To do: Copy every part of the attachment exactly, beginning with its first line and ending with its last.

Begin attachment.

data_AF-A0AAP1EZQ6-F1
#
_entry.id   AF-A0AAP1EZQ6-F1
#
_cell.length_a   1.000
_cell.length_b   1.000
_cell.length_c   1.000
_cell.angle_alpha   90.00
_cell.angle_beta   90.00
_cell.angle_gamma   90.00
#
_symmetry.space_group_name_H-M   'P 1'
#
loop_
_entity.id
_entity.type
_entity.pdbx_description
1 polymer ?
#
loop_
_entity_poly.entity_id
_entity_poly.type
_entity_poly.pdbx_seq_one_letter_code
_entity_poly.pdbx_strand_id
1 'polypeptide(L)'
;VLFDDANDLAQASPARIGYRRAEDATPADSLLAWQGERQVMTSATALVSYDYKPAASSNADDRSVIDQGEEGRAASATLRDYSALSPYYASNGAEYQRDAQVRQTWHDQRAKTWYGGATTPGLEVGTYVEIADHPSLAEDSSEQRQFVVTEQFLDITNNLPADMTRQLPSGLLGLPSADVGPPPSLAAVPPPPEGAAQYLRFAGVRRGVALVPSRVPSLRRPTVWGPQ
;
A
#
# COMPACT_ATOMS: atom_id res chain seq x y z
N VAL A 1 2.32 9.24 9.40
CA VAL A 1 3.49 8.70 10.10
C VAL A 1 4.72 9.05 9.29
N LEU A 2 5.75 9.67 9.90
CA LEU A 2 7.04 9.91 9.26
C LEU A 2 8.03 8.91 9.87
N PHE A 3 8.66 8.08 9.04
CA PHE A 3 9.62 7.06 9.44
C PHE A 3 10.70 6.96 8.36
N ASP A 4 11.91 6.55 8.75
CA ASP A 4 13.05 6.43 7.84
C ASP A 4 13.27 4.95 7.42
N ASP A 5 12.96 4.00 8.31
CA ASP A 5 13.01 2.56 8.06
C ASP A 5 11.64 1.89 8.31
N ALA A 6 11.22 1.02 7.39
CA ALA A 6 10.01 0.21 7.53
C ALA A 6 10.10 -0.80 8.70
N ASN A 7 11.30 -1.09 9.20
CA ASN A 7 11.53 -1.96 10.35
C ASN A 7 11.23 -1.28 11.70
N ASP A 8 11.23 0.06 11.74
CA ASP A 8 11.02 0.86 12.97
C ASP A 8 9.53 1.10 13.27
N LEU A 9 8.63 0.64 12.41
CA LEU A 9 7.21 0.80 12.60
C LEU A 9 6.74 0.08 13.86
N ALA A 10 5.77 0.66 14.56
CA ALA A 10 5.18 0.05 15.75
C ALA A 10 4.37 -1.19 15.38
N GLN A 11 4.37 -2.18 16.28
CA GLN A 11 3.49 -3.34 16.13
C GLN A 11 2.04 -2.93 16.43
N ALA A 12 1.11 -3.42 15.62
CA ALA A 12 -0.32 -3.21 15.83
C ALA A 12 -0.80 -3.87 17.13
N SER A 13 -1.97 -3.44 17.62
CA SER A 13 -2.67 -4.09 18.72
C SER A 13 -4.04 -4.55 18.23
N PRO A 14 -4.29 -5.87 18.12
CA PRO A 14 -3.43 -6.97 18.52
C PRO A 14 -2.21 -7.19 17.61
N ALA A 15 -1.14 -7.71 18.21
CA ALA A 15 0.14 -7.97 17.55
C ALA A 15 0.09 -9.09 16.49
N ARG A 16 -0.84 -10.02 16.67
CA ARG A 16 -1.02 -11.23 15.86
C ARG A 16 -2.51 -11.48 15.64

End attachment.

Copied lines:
data_AF-A0AAP1EZQ6-F1
#
_entry.id   AF-A0AAP1EZQ6-F1
#
_cell.length_a   1.000
_cell.length_b   1.000
_cell.length_c   1.000
_cell.angle_alpha   90.00
_cell.angle_beta   90.00
_cell.angle_gamma   90.00
#
_symmetry.space_group_name_H-M   'P 1'
#
loop_
_entity.id
_entity.type
_entity.pdbx_description
1 polymer ?
#
loop_
_entity_poly.entity_id
_entity_poly.type
_entity_poly.pdbx_seq_one_letter_code
_entity_poly.pdbx_strand_id
1 'polypeptide(L)'
;VLFDDANDLAQASPARIGYRRAEDATPADSLLAWQGERQVMTSATALVSYDYKPAASSNADDRSVIDQGEEGRAASATLRDYSALSPYYASNGAEYQRDAQVRQTWHDQRAKTWYGGATTPGLEVGTYVEIADHPSLAEDSSEQRQFVVTEQFLDITNNLPADMTRQLPSGLLGLPSADVGPPPSLAAVPPPPEGAAQYLRFAGVRRGVALVPSRVPSLRRPTVWGPQ
;
A
#
# COMPACT_ATOMS: atom_id res chain seq x y z
N VAL A 1 2.32 9.24 9.40
CA VAL A 1 3.49 8.70 10.10
C VAL A 1 4.72 9.05 9.29
N LEU A 2 5.75 9.67 9.90
CA LEU A 2 7.04 9.91 9.26
C LEU A 2 8.03 8.91 9.87
N PHE A 3 8.66 8.08 9.04
CA PHE A 3 9.62 7.06 9.44
C PHE A 3 10.70 6.96 8.36
N ASP A 4 11.91 6.55 8.75
CA ASP A 4 13.05 6.43 7.84
C ASP A 4 13.27 4.95 7.42
N ASP A 5 12.96 4.00 8.31
CA ASP A 5 13.01 2.56 8.06
C ASP A 5 11.64 1.89 8.31
N ALA A 6 11.22 1.02 7.39
CA ALA A 6 10.01 0.21 7.53
C ALA A 6 10.10 -0.80 8.70
N ASN A 7 11.30 -1.09 9.20
CA ASN A 7 11.53 -1.96 10.35
C ASN A 7 11.23 -1.28 11.70
N ASP A 8 11.23 0.06 11.74
CA ASP A 8 11.02 0.86 12.97
C ASP A 8 9.53 1.10 13.27
N LEU A 9 8.63 0.64 12.41
CA LEU A 9 7.21 0.80 12.60
C LEU A 9 6.74 0.08 13.86
N ALA A 10 5.77 0.66 14.56
CA ALA A 10 5.18 0.05 15.75
C ALA A 10 4.37 -1.19 15.38
N GLN A 11 4.37 -2.18 16.28
CA GLN A 11 3.49 -3.34 16.13
C GLN A 11 2.04 -2.93 16.43
N ALA A 12 1.11 -3.42 15.62
CA ALA A 12 -0.32 -3.21 15.83
C ALA A 12 -0.80 -3.87 17.13
N SER A 13 -1.97 -3.44 17.62
CA SER A 13 -2.67 -4.09 18.72
C SER A 13 -4.04 -4.55 18.23
N PRO A 14 -4.29 -5.87 18.12
CA PRO A 14 -3.43 -6.97 18.52
C PRO A 14 -2.21 -7.19 17.61
N ALA A 15 -1.14 -7.71 18.21
CA ALA A 15 0.14 -7.97 17.55
C ALA A 15 0.09 -9.09 16.49
N ARG A 16 -0.84 -10.02 16.67
CA ARG A 16 -1.02 -11.23 15.86
C ARG A 16 -2.51 -11.48 15.64